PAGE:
Nearmap's upcoming introduction of 3-D, or oblique imagery, will provide a true bird's-eye perspective and unleash entirely new uses for such imagery. Given the consistency and currency of the maps published by Nearmap, the volatile nature of the rapidly changing world around us and the incredible ability of multi-perspective, high-resolution imagery to capture changes, time becomes a very compelling dimension for a lot of use cases. Given the temporal aspects of 3-D map products it is fair to characterize them as 4-D. This important 4th dimension allows users to perform change analysis and, in so doing, transforms the decision-making process.

Another way to look at the evolution of maps is how people use them in everyday life. Let's take three examples of use cases from today, tomorrow, and the more distant future.

The insurance market
A policyholder files a claim after some major storm damage to his roof. Normally, it costs the insurance company $200-$300 to send an inspector or claims adjuster to the home, to say nothing of the risks in having someone climb up a ladder and perform an inspection. Then comes a costly investigation to make sure the claim is legitimate and the homeowner isn't exaggerating the extent of storm-caused destruction.

With high-resolution aerial photography, updated more frequently than most satellite images, the entire process changes radically. If the insurance inspector has access to the latest images, including 3-D map content accessible in the cloud, he can see the damage without leaving his office. With proper telemetry, he can measure the affected area at his desk. And with historical photos taken, say, a couple of months apart, he can compare before and after shots of the roof. If the damage is real, he can come up with an estimate of repair costs on the spot; if photos suggest a fake claim, he can take the necessary actions.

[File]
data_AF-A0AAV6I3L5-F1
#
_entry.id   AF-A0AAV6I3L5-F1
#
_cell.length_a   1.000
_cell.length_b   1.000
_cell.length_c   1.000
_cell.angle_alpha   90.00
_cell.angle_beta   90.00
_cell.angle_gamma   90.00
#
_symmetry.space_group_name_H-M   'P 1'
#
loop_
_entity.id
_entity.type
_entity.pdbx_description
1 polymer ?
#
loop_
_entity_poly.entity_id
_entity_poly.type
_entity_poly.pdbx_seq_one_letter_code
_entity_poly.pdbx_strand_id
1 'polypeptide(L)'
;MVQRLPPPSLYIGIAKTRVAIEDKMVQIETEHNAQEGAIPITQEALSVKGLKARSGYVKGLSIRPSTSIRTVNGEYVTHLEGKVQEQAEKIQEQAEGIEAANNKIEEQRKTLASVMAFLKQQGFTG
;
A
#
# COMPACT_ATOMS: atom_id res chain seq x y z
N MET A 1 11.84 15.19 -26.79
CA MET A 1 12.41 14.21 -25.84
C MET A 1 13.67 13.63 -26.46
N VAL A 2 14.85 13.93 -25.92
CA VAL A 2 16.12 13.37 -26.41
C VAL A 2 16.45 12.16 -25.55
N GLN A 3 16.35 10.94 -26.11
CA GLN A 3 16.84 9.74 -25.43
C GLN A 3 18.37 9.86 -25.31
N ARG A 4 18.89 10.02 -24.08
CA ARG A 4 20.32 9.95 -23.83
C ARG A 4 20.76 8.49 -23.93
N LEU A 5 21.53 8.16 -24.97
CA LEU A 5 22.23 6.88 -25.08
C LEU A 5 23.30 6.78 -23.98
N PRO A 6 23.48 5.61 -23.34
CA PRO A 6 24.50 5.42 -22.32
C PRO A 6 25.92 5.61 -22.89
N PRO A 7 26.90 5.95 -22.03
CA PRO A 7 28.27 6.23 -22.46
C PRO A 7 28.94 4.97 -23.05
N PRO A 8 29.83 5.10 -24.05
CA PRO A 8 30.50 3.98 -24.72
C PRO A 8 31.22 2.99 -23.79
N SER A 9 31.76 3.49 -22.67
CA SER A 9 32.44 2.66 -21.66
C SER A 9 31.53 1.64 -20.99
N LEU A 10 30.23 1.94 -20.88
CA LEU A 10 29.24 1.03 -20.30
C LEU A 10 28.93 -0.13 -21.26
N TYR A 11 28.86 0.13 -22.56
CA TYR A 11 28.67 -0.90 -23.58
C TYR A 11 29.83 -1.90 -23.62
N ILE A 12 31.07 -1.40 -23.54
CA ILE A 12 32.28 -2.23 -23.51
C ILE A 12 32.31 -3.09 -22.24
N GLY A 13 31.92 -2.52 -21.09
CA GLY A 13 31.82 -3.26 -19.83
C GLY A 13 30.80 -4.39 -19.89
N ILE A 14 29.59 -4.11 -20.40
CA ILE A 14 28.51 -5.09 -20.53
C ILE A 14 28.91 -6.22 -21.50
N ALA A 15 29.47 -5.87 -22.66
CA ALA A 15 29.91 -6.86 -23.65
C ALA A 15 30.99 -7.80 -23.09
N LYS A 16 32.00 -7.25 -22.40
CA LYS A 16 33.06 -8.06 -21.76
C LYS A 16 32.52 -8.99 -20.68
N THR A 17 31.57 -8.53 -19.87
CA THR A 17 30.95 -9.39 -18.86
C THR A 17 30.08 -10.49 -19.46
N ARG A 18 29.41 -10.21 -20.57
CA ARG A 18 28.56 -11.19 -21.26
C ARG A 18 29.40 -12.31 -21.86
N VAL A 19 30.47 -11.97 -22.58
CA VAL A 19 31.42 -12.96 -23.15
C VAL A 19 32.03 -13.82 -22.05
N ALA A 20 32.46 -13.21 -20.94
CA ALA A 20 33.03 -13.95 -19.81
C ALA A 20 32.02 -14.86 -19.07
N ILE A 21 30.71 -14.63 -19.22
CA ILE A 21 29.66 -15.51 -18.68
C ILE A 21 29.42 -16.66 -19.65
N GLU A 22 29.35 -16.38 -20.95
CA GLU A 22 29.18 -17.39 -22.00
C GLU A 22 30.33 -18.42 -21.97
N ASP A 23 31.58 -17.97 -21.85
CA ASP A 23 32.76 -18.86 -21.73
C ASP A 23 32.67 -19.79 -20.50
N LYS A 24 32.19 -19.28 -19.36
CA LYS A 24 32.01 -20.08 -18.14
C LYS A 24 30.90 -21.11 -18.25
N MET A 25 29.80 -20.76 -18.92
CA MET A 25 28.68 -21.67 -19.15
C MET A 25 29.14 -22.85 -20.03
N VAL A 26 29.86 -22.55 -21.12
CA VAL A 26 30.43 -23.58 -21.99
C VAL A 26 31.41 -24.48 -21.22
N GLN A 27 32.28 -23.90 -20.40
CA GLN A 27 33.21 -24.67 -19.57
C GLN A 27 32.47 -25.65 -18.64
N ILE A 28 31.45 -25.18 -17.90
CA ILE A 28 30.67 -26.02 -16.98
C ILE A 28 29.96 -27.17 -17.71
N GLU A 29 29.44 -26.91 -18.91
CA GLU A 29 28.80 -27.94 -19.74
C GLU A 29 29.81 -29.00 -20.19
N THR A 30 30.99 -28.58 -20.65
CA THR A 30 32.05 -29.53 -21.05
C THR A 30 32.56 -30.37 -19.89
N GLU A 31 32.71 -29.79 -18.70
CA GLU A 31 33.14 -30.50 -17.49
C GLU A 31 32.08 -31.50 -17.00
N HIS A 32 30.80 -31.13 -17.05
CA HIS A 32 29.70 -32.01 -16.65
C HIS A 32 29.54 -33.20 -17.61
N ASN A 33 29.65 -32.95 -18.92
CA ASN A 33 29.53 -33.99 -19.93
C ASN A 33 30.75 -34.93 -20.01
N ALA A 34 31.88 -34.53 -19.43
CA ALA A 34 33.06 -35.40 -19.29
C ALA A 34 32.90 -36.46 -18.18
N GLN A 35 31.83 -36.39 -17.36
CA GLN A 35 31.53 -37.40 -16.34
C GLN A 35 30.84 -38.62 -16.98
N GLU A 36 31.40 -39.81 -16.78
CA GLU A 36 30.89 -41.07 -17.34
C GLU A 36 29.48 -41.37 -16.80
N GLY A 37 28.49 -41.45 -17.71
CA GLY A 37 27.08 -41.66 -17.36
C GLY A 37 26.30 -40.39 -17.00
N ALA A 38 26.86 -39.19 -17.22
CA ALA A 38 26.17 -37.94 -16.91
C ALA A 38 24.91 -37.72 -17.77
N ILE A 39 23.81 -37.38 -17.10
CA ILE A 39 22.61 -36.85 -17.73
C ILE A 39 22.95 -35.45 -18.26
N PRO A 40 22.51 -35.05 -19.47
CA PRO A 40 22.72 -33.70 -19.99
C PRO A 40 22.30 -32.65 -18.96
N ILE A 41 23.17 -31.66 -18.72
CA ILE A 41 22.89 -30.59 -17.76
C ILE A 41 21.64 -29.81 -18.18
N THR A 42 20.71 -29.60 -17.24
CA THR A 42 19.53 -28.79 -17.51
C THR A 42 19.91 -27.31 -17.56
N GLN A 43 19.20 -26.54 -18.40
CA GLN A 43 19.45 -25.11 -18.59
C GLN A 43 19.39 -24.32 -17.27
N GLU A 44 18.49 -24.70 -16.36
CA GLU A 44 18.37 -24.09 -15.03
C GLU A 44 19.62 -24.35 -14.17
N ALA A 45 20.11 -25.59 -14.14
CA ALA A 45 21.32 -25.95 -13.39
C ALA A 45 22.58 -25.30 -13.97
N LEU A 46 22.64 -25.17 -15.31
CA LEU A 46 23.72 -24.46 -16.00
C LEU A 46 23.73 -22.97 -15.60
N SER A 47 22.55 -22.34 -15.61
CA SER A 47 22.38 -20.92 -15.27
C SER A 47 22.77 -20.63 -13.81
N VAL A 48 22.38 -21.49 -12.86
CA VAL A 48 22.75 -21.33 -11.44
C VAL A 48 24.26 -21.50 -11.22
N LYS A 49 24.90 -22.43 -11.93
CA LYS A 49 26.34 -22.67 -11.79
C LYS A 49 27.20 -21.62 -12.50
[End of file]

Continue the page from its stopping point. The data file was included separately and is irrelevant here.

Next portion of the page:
Drone deliveries and self-driving cars
We've all read about these technologies and how they're being tested on a limited basis in select cities. When Amazon sends you your most recent purchase hours after your order is submitted, it has to solve a few practical problems before your package shows up. For a drone to make a safe landing in your back yard or at your front door, it can't rely on two-dimensional map content alone. There are trees, bushes, and neighboring homes to consider; there might be construction equipment around. Only the most up-to-date 3-D elevation data, along with real-time information, will allow a completely safe delivery.